With 11:33 remaining, Brock McGinn slashed Julien Gauthier. The Rangers would go on their second power-play of the game, where they didn’t get a shot on goal. In fact, as the ten minute mark expired into the period, each team had one shot on goal a piece. Of course, Carolina scored on their shot, while Carolina goalie Petr Mrazek made an easy save on a nothing shot from Artemi Panarin.
In an example of what I was talking about earlier on this blog, and in stuff I’ve said in past blogs, Lundqvist’s deficiency in puck-handling created several hairy situations in this game.
As we got under eight minutes to go, Ryan Lindgren was all by himself, waiting to take the puck and move it up ice. Instead, Lundqvist cut him off and whipped the puck around the boards, essentially passing the puck to a Carolina player, all to their lonesome. Lundqvist made the save on the ensuing shot, but needless to say, this was a save that he shouldn’t have had to make. There were a few plays like this in the game, where Lundqvist turned over the puck, rather than letting his defensemen get the puck out of the zone. This is stuff you will never see with CZAR IGOR. Lundqvist has to let his skaters do their jobs, especially with Carolina possessing an aggressive forecheck.
With under five minutes to go, Chris Kreider, who was in GHOST mode today, which is obviously not a great sign for Ranger fans, high-sticked Sami Vatanen. The Rangers PK was awful here, as I think Lundqvist made four saves during this PK. After killing off the penalty, Kaapo Kakko gave the Rangers their best offensive showing of the period, logging two shots, which doubled up the Rangers SOG stats of the period from two to four.
As we got to six seconds remaining in the period, Svechnikov hooked Kakko, thus giving the Rangers 1:54 of power-play time to open the second period.
After one period, Canes 1 – Rangers 0. This was a horrible period for the Rangers, as Carolina just smothered them. Worth noting, the SOG totals after one period? Canes 12 – Rangers 4. In other words, Carolina tripled the Rangers shots on goal output.
Before moving into this second period, I’d be remiss if I failed to mention this. Kakko had five shots on goal in this game. He didn’t score once. I’m not going to knock the rookie for not finishing, because he is playing hard and has adopted a shoot-first mentality. He’s improving.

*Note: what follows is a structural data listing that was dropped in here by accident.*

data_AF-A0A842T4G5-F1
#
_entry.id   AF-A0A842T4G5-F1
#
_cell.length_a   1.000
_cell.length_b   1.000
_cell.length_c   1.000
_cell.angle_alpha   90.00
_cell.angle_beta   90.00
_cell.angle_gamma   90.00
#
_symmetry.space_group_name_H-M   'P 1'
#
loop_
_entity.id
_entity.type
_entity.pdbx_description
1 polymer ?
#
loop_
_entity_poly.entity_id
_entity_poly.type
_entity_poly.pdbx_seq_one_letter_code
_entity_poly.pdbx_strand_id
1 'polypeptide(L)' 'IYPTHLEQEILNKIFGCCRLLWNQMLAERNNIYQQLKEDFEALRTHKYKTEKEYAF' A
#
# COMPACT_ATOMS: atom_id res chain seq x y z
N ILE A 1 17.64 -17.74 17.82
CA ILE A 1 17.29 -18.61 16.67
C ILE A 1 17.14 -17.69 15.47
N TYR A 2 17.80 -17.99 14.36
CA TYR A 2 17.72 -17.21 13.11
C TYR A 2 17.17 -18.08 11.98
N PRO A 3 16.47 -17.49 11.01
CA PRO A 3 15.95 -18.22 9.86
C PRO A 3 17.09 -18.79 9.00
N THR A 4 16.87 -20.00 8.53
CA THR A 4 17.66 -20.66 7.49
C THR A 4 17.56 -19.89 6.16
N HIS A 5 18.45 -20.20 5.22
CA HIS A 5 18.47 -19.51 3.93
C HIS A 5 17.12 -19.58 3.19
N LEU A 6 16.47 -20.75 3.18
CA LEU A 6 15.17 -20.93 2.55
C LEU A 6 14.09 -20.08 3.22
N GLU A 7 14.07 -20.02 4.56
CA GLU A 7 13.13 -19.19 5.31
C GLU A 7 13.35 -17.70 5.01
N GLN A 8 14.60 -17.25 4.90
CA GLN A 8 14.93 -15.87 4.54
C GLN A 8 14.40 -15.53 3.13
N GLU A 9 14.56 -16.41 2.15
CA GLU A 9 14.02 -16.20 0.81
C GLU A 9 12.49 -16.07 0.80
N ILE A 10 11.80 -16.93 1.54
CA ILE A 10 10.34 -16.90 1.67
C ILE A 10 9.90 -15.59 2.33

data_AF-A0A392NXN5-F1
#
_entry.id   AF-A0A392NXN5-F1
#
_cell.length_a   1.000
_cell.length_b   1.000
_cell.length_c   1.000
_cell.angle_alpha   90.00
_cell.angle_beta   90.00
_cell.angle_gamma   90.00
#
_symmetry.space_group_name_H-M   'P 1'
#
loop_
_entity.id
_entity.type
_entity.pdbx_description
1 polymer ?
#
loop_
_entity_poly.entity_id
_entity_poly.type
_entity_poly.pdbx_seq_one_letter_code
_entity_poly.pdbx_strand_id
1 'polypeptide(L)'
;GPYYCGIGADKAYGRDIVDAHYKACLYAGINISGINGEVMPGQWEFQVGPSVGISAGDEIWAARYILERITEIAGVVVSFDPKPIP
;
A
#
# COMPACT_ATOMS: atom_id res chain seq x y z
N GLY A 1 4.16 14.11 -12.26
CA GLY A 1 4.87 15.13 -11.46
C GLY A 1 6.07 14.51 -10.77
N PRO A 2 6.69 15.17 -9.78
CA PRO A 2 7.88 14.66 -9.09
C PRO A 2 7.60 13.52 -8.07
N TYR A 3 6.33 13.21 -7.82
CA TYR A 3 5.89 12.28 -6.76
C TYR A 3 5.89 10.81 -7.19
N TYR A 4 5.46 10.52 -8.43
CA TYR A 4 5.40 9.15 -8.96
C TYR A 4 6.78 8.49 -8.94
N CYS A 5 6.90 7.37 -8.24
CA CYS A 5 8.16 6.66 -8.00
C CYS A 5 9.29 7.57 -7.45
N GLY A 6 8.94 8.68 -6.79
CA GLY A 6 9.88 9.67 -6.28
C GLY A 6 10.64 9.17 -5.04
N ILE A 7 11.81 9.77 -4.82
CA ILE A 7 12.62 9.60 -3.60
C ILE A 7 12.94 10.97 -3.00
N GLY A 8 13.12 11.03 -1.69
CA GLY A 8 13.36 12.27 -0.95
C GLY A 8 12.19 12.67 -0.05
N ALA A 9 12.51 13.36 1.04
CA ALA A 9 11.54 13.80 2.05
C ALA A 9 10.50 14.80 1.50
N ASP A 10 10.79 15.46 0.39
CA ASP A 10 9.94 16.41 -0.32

As mentioned, in the first period, Kakko had a shot and got his own rebound. Two saves. However, as the game went on, Kakko had three more shots and on each of them, Mrazek gave up a juicy rebound. The Rangers didn’t capitalize on any of these rebounds that Mrazek gave up during this game (and there were about 5-6 of them in total) and it cost the Rangers a chance to score. I’m not an NHL coach, as you may know, but there has to be something David Quinn can do to get these guys to be more aware about rebounds or at least on a “puck-on-pads” pass.
With the Rangers opening up the period on a 1:55 PP, they wouldn’t get one shot on goal. In fact, they helped Carolina’s PK out, when Fox made an errant drop pass to Jacob Trouba, which put the puck out of the zone. The Rangers were now 0-3 on the power-play at this point.
A minute after the Rangers PP expired, the Rangers would get their fourth power-play of the game, after Vinny Trocheck blatantly tripped Ryan Lindgren. This time, David Quinn started off the power-play with his second unit. The second unit here were better than the previous three power-play attempts from the Rangers first unit, but they netted the same result – no goal. The Rangers power-play was now 0-4.
After the PP expired, Lundqvist would make one of his best saves of the game, after a ref accidentally set a pick on Brendan Smith. Lundqvist would stop Warren Foegele here, one-on-one. Right after this save, Howden took another penalty, this time for slashing Jake Gardiner.
Just 15 seconds into the Carolina power-play, Sebastion Aho scored, with a beautiful and skillful deflection:
Gorgeous power play puck movement. Sami Vatanen feeds Andrei Svechnikov, who puts it right on the tape of Sebastian Aho in the slot. Aho gives the Hurricanes a 2-0 second-period lead on the Rangers in game one. Vatanen’s first point as a Cane. pic.twitter.com/eCK4PF1E69
— Brett Finger (@brett_finger) August 1, 2020
2-0, bad guys. As you guys know, I’m anything but a Henrik Lundqvist apologist, but there was absolutely nothing he could do here. You had both Justin Williams and Sebastion Aho behind the Rangers defense. Aho is one of the best forwards in the game and he made the Rangers pay.
After this goal, Hayden Fleury was boxed for holding Gauthier, at the 7:44 mark of the period. This gave the Rangers their fifth power-play of the game. However, with 38 seconds remaining on the Rangers power-play, Adam Fox got boxed himself, after he was bagged for tripping Martinook. So for those keeping track here, the Rangers power-play were now 0-5.